Do your homework to know your target market, audience, product, service, competition, and anything else vying for your audience’s attention and business. The more you know, the better prepared you will be and the more successful your campaign will be. For example, if your marketing campaign is to increase participation in your continuing education classes, look at how other education providers in your area are marketing their classes. How can you make yours stand out?
3. Don’t just communicate, engage.
Develop a plan for the campaign that will build community and conversation around the item or program that you’re featuring. For example, don’t plan on just using social media as a distribution channel for your CE class campaign; post thought-provoking questions about why members should take this class. Get members thinking and responding. Use the campaign to start a conversation about how education will help members grow their career and make more money.
4. Sufficiently fund your effort.
Have a well-defined, goal-based (bottom-up) budget that includes staff hours, paid advertising, and printed material. Be realistic about how much time you or your staff will spend on the campaign and track actual time spent. This will establish a benchmark for future campaign.
5. Think multichannel.
Optimize your marketing mix to reach your audience where they are, which these days should integrate the social media channels your members use most, as well as email, and web at every turn.
6. Looks matter.
Have compelling creative with clear calls to action, using the best professional graphics you can afford.
7. Test, adjust, test again.
Preview drafts of your creative, calls for action, landing pages, and any other tactics and assets with a focus group to get feedback before the formal launch. It never fails: A focus group will always see something you missed or think of something you never thought of.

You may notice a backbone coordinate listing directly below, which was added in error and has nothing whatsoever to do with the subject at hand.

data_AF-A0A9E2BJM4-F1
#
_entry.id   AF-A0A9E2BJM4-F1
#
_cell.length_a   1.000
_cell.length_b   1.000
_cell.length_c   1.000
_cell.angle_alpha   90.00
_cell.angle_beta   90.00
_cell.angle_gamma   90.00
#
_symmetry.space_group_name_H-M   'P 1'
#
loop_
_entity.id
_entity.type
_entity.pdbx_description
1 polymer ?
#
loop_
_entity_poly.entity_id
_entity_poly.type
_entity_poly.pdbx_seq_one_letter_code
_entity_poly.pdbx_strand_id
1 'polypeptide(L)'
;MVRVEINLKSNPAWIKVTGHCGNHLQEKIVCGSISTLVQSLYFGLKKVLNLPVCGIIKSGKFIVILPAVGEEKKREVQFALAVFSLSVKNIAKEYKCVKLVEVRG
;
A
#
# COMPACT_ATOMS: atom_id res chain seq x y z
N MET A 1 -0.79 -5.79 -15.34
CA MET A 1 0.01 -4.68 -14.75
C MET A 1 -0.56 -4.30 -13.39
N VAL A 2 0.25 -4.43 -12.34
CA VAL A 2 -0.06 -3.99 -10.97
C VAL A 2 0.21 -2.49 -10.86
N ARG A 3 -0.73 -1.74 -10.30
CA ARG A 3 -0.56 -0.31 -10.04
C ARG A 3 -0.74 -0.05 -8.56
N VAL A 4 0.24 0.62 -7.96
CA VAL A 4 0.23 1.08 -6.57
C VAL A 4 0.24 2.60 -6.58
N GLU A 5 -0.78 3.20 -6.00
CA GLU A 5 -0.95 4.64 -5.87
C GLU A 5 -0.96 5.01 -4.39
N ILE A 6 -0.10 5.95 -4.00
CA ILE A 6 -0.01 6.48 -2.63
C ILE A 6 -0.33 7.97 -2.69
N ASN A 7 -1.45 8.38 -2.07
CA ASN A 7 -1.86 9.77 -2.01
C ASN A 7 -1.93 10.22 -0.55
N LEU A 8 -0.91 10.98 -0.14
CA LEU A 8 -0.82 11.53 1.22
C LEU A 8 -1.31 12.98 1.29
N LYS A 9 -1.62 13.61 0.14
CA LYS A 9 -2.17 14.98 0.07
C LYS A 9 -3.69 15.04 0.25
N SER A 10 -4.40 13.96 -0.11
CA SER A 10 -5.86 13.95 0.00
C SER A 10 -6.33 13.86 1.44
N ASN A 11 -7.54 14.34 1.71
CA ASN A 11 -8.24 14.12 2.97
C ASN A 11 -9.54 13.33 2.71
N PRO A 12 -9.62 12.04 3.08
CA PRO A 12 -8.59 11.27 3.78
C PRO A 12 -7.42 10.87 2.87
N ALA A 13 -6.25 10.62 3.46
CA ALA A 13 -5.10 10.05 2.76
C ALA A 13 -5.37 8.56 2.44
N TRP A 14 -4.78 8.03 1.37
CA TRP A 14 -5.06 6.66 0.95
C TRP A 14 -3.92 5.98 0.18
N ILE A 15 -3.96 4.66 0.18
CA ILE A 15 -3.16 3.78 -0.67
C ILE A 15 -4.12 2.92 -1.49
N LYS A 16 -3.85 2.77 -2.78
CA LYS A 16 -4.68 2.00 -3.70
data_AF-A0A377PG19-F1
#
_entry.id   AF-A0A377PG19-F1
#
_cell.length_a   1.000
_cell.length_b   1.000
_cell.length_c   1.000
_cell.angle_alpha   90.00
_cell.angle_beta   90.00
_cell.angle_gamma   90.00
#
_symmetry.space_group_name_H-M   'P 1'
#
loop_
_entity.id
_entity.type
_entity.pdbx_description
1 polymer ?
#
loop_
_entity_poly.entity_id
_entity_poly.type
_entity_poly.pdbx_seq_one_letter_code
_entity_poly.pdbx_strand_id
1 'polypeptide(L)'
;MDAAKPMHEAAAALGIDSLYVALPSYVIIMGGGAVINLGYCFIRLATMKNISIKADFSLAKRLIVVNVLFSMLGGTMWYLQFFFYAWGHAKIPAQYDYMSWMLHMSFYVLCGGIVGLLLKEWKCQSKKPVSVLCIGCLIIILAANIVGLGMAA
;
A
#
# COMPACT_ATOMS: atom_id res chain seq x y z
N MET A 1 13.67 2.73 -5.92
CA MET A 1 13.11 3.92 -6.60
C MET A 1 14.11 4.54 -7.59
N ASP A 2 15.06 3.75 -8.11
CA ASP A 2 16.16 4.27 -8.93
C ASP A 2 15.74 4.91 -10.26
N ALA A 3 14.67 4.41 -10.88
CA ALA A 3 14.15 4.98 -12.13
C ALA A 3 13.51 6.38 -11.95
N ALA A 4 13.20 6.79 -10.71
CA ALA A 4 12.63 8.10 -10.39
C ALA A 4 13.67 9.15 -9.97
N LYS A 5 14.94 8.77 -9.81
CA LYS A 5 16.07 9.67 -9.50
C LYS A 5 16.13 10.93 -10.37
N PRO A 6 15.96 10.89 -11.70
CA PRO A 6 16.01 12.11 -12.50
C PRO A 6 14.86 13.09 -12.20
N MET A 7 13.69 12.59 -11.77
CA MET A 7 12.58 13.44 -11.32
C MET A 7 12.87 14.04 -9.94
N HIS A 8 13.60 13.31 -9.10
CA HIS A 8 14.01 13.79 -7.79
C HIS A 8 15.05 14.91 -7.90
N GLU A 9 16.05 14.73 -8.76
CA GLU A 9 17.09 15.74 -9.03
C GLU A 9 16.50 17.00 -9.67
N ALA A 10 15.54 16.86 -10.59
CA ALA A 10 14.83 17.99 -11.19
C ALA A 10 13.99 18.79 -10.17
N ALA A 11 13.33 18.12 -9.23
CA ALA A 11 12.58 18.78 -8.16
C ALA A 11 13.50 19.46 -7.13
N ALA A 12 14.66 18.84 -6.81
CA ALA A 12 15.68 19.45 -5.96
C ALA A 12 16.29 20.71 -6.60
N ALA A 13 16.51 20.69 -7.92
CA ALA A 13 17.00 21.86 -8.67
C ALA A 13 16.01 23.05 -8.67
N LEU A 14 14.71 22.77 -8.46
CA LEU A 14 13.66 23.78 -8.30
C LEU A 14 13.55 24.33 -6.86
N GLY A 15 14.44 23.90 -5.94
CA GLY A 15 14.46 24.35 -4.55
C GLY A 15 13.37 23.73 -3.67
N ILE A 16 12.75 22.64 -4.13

8. Don’t make your audience think.
Keep in mind the audience and their journey from message to action. Make sure that the user experience, from email to website page and registration to attendance, is easy to navigate and branded similarly.
9. Ask members to help.
Have a plan for where and when you will run your campaign, but be careful not to spam your audience. Consider enlisting members to help you push the campaign on their own social channels.
10. Listen for feedback and answer it.
Practice active listening; in other words, seek out your audience’s reaction to your campaign. Read their replies. Is there any confusion? Look for ways to engage with members about the campaign.
11. Measure, track, measure again.
Audit your efforts at regular intervals during the campaign with an eye toward how you can tweak your message, creative, headline, and distribution channels to improve response before the campaign ends.
12. Learn from your mistakes.
Document your steps and celebrate your success at the end of the campaign with a case study to reference for next time. What worked, what didn’t, and what will you do differently next year?
NC REALTORS® has nine marketing campaigns scheduled for 2017, which all follow a similar structure and plan but vary in goals, funding, and tactics. After your first few marketing campaigns, you’ll be able to better gauge where and when your members are most receptive to your messages, which members respond, which types of marketing materials grab members’ attention, and how they prefer to respond. Armed with this data, you can more easily craft effective future campaigns.
Tracey Gould is the director of communications and marketing for NC REALTORS®. Reach her at email@example.com or 336-808-4228, ext. 228.